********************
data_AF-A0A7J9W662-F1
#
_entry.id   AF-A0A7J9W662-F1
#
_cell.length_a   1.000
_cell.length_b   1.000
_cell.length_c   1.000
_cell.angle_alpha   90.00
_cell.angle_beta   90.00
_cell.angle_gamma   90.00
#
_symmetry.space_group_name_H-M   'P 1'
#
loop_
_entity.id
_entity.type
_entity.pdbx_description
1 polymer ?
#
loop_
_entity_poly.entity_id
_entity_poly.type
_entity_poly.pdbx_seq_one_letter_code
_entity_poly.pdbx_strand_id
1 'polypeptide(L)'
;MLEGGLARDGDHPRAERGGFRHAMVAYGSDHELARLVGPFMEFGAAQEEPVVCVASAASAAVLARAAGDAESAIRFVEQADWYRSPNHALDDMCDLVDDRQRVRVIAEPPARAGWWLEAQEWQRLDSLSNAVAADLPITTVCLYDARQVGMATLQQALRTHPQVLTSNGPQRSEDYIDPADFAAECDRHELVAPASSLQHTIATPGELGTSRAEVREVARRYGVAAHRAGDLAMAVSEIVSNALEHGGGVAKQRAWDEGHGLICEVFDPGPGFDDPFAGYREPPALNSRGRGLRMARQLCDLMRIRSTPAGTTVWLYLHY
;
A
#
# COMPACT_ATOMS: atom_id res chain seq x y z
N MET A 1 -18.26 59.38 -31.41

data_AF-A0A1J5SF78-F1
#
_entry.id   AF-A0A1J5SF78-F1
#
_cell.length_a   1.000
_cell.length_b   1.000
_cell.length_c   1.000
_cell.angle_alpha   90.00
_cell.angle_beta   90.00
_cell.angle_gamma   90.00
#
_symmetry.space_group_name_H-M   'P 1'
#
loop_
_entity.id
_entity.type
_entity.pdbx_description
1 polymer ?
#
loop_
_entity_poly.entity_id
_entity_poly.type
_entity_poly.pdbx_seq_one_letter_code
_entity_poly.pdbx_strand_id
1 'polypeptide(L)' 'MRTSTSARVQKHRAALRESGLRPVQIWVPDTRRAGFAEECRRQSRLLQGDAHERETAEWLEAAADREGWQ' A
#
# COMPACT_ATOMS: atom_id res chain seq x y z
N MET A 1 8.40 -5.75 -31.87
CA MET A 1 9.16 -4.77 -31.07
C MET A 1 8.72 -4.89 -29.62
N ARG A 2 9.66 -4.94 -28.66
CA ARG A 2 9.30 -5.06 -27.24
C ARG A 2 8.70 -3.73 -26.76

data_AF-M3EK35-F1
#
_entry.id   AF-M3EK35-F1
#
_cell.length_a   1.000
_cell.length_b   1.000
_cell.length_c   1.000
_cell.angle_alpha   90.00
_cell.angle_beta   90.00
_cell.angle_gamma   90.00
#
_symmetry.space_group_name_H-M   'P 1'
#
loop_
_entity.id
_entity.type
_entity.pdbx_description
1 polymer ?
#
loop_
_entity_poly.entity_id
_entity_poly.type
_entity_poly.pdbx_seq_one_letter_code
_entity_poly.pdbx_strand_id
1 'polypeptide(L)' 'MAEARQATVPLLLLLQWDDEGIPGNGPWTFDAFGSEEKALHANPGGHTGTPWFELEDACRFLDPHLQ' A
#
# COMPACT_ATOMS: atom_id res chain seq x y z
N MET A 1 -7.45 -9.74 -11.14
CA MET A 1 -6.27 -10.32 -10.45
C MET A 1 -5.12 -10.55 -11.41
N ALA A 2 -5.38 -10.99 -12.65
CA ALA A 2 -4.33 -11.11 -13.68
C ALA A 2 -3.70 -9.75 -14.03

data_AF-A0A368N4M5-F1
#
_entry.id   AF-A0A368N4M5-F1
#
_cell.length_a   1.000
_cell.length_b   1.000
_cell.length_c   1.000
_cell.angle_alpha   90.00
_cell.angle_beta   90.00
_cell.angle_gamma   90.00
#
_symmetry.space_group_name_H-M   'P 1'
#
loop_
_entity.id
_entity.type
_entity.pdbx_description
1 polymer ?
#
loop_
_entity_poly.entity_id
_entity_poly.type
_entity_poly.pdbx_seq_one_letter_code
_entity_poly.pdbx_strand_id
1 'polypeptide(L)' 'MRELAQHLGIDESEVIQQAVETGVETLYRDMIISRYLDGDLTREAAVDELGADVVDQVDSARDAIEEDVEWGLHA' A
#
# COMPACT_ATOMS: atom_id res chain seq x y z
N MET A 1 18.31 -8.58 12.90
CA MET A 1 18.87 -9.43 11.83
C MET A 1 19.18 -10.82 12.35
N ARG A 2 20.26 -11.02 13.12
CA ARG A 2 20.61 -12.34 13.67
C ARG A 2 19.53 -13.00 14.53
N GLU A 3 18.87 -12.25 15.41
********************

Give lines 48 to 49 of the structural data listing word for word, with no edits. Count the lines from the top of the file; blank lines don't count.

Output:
_entity.pdbx_description
1 polymer ?